The Jetsons probably had no idea how soon the average American would see robots become a reality. At the Consumer Electronics Show in Las Vegas this week, a number of devices showed the futuristic concept is here and now. Robotics exhibits at CES grew 25 percent from last year's show, according to the event's organizers.
"It speaks to the category's growth and ability to disrupt and transform the consumer technology industry," said Karen Chupka, senior vice president of CES and
corporate business strategy. "Robots are changing the way consumers learn, do business, monitor their health, and maintain their households as they are capable of doing things that humans can't, or simply don't want to do."
Before the dust settles, let's take a look at some of the robots-related announcements that happened at and during the show.
Diverse Robotics Exhibitors
That tiny dancer in the aisles of CES this year was named Ozobot (shown above), the world's smallest programmable robot with a color-based language. Bridging the physical and digital divide, the smart game piece glides seamlessly from paper to digital tablet. The company is convinced that playing with this robot will introduce kids and young adults to simple coding basics, stimulate their imaginations and encourage life skills.
Other major exhibitors at the CES Robotics Marketplace included ABB, Double Robotics Inc., Lowe's Innovation Labs and Future Robot Co. Furio-iHome also made a big splash at CES. A wheel-mounted smart tablet can take voice commands and connects home networks and devices. Personal robots like Jibo and Pepper also turned heads. Jibo focuses on managing a connected home network and interacts with its owners. Pepper is a white robot that's about the size of a 7-year-old that moves about your home as a friendly companion.
Robotic Trends launched a new consumer robotics Web site at CES. Robotic Trends' aim is to "make robots accessible by sharing with consumers the innovative robots and robotic technologies shaping the high-tech landscape." The Web site will cover what robots are on the market, where you can buy them, how to use them and how they stack up to competing products.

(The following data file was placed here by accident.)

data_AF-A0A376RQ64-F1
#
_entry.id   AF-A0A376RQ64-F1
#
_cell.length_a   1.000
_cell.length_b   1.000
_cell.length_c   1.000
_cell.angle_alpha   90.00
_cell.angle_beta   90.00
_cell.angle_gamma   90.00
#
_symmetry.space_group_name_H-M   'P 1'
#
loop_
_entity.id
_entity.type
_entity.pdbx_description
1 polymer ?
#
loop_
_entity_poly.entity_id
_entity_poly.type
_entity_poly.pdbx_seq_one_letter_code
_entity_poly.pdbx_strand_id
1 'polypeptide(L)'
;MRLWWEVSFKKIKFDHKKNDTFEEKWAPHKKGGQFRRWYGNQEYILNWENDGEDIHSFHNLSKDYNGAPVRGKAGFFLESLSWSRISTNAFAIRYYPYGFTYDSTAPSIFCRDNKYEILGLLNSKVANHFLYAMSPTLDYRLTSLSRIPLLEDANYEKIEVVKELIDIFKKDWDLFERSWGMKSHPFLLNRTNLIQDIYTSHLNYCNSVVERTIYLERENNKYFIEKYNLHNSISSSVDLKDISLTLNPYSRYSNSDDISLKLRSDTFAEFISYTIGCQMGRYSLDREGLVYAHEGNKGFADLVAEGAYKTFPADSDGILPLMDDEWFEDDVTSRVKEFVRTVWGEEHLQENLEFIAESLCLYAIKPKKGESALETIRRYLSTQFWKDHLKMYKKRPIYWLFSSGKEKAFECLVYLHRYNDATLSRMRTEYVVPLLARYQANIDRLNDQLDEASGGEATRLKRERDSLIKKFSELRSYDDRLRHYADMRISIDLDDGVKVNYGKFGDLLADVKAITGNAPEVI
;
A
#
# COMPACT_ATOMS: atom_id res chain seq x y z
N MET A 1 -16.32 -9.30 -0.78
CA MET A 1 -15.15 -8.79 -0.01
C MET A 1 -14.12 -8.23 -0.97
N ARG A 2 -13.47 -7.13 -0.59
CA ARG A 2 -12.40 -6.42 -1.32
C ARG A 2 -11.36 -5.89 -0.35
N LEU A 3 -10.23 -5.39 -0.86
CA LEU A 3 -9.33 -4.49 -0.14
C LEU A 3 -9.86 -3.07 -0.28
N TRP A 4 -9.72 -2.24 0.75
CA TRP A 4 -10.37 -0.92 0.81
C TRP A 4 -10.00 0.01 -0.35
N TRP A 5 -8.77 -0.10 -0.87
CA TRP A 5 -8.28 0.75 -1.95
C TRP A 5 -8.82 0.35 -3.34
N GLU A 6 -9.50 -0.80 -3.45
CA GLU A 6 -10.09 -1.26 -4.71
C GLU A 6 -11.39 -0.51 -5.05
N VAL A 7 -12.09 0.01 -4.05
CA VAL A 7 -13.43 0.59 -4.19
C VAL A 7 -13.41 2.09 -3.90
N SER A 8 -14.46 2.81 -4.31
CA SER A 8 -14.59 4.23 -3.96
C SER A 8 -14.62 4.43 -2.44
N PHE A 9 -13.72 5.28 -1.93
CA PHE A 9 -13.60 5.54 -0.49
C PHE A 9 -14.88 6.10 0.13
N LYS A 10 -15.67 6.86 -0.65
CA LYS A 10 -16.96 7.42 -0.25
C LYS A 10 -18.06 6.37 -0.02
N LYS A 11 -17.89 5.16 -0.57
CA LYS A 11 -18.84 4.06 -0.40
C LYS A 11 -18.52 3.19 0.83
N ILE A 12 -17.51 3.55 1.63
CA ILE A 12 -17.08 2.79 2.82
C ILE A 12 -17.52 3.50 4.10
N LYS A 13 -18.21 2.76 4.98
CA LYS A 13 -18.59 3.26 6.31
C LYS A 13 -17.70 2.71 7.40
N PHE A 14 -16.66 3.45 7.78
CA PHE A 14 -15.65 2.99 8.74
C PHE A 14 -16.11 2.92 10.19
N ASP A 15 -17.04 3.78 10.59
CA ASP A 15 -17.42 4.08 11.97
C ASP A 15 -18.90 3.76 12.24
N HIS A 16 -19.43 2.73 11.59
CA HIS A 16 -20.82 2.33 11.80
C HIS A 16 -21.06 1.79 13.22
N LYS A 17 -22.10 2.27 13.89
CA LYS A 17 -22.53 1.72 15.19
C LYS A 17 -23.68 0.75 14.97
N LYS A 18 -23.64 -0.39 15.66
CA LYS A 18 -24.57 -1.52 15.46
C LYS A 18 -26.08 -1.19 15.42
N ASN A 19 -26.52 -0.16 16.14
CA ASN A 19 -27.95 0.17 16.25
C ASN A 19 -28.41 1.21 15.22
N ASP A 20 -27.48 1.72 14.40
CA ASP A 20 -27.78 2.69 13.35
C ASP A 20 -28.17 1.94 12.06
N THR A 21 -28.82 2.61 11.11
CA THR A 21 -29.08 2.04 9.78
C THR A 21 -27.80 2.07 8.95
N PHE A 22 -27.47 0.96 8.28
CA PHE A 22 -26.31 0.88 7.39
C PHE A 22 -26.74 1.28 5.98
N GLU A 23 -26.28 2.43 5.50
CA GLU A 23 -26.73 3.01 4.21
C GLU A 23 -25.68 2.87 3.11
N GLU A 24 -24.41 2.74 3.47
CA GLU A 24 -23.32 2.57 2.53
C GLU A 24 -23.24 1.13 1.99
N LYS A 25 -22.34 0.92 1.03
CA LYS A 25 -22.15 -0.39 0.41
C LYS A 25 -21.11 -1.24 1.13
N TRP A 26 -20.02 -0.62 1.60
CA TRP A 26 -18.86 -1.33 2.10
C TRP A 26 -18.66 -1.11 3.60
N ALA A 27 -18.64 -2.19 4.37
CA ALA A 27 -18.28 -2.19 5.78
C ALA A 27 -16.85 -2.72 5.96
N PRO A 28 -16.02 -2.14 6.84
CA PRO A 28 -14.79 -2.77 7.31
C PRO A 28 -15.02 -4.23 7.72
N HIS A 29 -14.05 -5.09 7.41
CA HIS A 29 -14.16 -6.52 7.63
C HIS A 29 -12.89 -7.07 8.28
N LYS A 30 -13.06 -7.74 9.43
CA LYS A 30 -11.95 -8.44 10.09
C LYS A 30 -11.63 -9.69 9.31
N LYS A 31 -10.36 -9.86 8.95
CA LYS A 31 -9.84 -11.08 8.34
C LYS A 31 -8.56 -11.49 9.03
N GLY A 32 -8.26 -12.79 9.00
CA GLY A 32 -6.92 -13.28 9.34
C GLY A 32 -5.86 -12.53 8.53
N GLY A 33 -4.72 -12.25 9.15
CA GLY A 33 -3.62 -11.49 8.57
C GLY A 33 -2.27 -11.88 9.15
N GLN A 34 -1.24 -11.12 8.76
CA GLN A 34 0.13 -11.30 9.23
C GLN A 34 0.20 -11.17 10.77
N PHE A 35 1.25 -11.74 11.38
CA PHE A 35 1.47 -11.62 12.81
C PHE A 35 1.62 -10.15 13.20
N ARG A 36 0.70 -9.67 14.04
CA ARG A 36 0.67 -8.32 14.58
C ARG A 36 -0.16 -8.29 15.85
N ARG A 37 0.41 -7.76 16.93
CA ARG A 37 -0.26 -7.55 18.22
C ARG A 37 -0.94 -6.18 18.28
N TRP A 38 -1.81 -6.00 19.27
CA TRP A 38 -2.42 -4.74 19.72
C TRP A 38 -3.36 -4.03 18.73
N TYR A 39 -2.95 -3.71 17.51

VCs Are Investing
On the investment front, Rethink Robotics, which drives robotic innovation in industrial settings, announced $26.6 million in Series D financing, led by GE Ventures with additional funds from Goldman Sachs. Rethink Robotics will use the funds to support the company's growth and international expansion. This new investment brings the company's total funding to over $100 million since its founding in 2008. That's big money.
"Our customers are building the factories of the future, and our technologies have become an important part of their efforts," said Scott Eckert, president and CEO at Rethink Robotics. "Our new and existing investors recognize the enormous market potential for smart, collaborative robots in manufacturing, and they share our vision for driving ongoing product innovation, volume deployments and continued expansion into global markets."
The growing worldwide demand for collaborative robots like Rethink's Baxter shows that manufacturers of all sizes, and across many industries, are looking for flexible solutions for the 95 percent of production tasks that cannot be effectively automated by traditional technologies.